Arabica coffee fell the most in more than a dozen years, paring a monthly surge as concerns eased that severe weather will further damage crops in top shipper Brazil.

Frost overnight reached about 80 per cent of south Minas Gerais, the country’s top producing region, but the impact was less than feared, according to Drew Lerner, president of World Weather Inc. The area may get “patchy frost” Saturday and Sunday. Most sugar and citrus areas were spared the worst readings, and any impact was probably localized, Lerner said.

“Any losses from today’s event will be very limited,” said Carlos Mera, head of agricultural research at Rabobank International. “However, we still see some potential for frosts in the coming three days.”

Even with Friday’s drop, the risk persists that consumers will see higher coffee prices at cafes and supermarkets when global food prices in general are on the rise. A recent cold snap in Brazil is a fresh blow to crops strained by recent drought and the worst frost seen in two decades. Freezing weather could squeeze global coffee supply for years, as it is particularly harmful for young trees.

Arabica coffee for September delivery tumbled 8.6 per cent to settle at US$1.7955 a pound, the biggest drop since March 2008. The price is still up 12 per cent in July and more than 55 per cent in the past 12 months after adverse weather cut 2021 output and curbed the outlook for next year.

Pressure came in also from the foreign exchange markets. The Brazilian real fell the most against the U.S. dollar in almost two weeks, boosting incentives for growers to sell commodities priced in the greenback. There are also signs that other countries are taking advantage of the higher prices to sell.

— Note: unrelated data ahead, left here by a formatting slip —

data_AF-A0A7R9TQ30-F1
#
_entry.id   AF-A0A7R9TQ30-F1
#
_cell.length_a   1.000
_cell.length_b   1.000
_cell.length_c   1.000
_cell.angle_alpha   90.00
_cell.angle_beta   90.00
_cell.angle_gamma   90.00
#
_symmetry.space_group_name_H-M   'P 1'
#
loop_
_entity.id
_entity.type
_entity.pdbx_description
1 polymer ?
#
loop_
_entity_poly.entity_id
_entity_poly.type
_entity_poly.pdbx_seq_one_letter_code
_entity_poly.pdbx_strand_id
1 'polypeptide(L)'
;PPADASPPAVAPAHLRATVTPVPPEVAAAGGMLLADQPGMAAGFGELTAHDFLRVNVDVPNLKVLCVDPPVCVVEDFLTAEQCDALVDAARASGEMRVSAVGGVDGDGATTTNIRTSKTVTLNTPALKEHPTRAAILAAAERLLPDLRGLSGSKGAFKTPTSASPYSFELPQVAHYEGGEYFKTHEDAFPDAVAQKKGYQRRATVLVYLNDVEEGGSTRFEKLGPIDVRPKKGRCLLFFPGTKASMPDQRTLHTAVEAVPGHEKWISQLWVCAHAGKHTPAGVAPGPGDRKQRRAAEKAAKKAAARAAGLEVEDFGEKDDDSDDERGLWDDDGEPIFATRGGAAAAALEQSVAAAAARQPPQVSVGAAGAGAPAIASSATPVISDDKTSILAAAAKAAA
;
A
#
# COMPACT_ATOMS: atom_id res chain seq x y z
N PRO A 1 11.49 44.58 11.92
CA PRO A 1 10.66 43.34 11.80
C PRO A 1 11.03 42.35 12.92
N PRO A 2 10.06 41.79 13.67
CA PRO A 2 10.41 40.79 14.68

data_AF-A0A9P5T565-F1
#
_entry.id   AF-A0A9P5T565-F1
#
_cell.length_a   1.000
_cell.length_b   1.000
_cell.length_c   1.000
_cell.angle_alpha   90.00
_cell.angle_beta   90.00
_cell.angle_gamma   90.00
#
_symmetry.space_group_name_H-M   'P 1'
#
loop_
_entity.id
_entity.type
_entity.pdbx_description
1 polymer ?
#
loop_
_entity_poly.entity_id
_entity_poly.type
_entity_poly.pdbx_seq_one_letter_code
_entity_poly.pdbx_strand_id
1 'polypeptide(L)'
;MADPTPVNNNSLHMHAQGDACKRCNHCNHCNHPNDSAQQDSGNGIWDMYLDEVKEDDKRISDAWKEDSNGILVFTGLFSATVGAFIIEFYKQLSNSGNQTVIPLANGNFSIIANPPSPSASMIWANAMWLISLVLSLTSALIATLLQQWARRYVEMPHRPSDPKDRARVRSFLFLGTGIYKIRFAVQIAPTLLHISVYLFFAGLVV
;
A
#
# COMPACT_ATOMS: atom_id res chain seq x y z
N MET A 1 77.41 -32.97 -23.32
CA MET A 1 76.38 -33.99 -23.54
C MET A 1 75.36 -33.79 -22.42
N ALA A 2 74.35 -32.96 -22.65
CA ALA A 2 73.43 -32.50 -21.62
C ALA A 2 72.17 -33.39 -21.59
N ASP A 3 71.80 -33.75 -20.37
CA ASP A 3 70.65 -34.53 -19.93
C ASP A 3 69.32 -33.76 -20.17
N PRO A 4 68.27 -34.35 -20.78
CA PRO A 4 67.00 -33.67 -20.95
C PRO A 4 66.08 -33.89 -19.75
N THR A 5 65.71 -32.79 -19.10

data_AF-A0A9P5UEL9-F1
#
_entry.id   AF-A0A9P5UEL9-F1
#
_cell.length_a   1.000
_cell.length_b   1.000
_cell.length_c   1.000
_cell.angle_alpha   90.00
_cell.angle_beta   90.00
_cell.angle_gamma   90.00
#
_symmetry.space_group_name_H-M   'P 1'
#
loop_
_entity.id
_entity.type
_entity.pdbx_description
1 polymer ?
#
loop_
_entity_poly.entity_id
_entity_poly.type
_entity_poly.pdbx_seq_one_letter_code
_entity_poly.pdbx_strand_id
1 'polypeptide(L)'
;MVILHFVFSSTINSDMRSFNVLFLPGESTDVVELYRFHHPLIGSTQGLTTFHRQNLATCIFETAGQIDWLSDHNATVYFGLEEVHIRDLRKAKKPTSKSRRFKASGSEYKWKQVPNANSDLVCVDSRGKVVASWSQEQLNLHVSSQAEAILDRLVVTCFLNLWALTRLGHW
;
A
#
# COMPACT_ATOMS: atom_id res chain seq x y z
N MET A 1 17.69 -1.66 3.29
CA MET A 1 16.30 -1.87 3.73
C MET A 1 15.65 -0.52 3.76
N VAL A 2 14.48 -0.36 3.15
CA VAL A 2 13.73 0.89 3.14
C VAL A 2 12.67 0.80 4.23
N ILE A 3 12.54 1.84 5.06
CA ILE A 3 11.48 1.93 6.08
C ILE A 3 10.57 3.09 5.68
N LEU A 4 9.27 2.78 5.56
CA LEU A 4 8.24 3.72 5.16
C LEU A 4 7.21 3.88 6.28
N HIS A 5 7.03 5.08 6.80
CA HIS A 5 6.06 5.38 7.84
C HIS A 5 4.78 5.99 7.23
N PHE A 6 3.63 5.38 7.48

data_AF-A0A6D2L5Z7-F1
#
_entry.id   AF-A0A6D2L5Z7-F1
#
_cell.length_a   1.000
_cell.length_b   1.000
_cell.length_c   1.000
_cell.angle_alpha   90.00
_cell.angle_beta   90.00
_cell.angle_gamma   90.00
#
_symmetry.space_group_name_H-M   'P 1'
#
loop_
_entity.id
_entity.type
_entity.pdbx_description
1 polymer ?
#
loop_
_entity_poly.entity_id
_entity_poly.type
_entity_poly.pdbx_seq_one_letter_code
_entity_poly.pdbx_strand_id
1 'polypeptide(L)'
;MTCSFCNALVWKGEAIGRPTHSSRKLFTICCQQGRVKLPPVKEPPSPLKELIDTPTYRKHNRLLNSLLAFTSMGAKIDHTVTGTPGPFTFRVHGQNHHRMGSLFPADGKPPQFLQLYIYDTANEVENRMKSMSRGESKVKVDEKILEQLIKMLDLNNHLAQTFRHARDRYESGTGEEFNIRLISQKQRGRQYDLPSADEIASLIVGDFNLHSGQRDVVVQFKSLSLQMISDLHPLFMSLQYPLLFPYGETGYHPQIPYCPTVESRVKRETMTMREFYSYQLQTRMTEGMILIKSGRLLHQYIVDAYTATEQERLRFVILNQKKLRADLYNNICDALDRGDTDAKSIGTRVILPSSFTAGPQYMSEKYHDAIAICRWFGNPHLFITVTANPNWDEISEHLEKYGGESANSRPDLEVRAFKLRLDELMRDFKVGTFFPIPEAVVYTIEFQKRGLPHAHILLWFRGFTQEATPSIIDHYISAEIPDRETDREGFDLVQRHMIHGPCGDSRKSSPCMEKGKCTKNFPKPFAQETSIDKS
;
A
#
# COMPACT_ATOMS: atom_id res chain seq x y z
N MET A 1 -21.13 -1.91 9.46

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Trees in south Minas Gerais have been “affected significantly, and will struggle to recover for next year’s crop,” Lerner said. “The stress will be very high, it hasn’t been this cold in many, many years and the ground is already dry.”

Dry conditions make it more critical for the timely arrival rains by September, which could be delayed by La Nina’s return, he said.

“Brazil’s upcoming 2022/23 output has clearly been reduced by this month’s cold weather, so traders may use a sizable near-term pullback for a fresh opportunity to establish long positions,” according to the Hightower Report in Chicago.

In other soft commodities, raw sugar for October delivery slid 2.1 per cent to 17.91 cents a pound in New York. Orange juice for September delivery slumped 2.7 per cent to US$1.3295 a pound, reducing its July rally to 8 per cent.